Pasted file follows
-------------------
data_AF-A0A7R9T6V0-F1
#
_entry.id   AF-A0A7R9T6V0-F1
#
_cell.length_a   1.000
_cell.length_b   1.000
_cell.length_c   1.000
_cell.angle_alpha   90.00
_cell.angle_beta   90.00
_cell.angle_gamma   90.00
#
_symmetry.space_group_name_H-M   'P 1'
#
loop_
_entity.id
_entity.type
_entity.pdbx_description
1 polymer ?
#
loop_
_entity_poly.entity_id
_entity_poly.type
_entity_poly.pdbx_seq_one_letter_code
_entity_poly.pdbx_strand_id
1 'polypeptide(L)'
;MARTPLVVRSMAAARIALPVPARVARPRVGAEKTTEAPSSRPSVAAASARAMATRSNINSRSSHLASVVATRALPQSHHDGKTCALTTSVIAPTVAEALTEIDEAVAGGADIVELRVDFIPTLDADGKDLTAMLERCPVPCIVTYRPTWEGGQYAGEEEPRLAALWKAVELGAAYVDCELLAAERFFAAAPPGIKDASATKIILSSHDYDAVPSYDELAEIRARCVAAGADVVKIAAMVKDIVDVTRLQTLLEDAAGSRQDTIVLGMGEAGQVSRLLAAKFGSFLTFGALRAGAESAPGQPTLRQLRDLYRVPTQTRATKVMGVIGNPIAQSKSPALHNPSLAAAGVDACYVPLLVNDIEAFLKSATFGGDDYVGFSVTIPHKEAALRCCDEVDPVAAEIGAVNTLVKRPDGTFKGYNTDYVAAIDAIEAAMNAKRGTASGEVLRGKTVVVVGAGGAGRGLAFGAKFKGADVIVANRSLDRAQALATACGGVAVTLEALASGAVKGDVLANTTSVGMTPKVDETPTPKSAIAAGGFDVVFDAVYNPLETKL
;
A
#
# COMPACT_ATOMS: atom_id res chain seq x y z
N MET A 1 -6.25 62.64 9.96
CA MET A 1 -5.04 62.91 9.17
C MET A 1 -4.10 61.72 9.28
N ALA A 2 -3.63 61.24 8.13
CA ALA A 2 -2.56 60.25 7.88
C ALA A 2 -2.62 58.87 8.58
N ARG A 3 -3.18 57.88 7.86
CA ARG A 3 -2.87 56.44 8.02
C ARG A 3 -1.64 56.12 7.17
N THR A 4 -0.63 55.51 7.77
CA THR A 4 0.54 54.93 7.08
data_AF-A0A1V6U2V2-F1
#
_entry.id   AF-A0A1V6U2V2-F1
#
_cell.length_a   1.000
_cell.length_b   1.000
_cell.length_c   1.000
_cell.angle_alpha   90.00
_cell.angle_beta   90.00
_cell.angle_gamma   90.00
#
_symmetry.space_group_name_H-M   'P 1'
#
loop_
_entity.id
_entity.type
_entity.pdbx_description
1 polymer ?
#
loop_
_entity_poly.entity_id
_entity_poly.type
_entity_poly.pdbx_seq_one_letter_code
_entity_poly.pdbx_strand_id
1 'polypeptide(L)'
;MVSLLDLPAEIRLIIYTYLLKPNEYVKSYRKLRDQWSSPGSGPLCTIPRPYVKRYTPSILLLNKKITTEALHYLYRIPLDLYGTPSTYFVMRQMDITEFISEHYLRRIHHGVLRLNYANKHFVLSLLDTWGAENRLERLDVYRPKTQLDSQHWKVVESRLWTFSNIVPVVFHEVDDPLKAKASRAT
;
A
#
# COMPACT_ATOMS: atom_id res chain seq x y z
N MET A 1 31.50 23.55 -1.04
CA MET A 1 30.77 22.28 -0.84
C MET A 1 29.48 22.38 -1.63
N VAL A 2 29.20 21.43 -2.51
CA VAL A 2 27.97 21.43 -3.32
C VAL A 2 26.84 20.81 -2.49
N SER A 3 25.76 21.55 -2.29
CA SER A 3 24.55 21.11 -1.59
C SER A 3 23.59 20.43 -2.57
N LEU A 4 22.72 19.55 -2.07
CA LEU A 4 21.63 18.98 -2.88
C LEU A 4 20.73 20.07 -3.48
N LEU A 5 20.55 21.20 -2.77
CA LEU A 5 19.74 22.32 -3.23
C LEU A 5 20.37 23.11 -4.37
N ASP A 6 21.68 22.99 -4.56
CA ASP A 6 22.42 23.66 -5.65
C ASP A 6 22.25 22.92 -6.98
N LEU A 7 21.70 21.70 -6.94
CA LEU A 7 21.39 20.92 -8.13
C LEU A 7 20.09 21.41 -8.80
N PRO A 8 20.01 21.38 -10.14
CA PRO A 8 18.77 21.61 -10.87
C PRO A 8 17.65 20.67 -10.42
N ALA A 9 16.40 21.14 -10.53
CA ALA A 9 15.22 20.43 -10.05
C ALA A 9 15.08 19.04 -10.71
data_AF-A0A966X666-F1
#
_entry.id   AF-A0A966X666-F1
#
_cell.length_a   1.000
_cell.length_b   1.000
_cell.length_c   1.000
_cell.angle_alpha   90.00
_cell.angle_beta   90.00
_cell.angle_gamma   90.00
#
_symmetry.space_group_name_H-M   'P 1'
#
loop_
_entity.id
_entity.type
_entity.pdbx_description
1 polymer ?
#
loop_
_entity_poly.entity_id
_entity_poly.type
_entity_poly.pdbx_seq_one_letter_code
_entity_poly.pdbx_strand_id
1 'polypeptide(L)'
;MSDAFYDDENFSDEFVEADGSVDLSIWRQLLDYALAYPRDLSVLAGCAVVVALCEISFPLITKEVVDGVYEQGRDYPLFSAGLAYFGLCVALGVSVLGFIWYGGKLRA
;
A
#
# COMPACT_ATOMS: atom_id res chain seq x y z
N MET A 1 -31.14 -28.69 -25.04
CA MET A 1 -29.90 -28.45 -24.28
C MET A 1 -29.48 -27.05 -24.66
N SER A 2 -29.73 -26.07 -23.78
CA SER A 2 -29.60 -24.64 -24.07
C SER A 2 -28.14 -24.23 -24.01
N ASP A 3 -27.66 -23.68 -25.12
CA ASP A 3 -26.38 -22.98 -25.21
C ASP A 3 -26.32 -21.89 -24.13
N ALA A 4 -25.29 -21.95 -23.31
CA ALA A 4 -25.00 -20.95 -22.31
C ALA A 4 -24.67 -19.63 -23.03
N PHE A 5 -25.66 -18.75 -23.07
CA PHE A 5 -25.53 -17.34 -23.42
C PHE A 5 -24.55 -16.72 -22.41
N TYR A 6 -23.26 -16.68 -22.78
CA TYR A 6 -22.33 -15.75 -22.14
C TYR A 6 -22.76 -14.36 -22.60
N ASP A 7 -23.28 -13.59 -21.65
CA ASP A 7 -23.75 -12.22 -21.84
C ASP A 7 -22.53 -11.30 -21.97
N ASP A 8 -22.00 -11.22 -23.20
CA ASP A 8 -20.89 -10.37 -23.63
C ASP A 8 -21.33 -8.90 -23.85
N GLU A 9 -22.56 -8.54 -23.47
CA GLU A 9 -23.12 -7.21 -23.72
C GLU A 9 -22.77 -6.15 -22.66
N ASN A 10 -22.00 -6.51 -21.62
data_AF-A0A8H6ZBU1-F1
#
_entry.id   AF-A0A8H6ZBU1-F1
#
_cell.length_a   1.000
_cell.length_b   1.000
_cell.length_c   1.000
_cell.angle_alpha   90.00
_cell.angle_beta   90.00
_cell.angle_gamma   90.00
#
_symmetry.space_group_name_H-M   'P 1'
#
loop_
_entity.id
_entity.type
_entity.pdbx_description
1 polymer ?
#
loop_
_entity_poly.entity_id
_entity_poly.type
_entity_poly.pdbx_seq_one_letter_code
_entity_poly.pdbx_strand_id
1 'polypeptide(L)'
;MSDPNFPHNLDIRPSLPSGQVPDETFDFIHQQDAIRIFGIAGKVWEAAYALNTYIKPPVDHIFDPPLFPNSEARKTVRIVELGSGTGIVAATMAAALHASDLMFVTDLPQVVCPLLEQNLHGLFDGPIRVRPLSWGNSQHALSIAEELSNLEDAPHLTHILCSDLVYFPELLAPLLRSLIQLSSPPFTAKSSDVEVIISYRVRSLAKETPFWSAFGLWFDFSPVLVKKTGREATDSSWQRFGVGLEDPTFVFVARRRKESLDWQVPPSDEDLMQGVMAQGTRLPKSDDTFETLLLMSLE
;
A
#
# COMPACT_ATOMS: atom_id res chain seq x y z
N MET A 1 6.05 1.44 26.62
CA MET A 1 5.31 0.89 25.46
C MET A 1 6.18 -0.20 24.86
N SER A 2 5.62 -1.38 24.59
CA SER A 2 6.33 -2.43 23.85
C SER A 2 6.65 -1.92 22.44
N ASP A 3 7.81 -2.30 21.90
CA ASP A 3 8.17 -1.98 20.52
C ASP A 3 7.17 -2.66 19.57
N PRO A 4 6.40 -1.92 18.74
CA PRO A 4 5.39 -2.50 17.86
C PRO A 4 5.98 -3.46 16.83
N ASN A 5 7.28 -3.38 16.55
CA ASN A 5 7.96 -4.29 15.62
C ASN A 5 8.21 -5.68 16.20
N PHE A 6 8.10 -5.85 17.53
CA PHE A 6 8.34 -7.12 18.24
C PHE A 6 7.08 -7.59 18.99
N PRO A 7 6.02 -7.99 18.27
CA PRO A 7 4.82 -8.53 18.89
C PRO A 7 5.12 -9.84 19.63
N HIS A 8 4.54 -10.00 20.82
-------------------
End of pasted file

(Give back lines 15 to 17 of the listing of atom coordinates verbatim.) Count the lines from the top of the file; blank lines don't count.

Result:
_entity.id
_entity.type
_entity.pdbx_description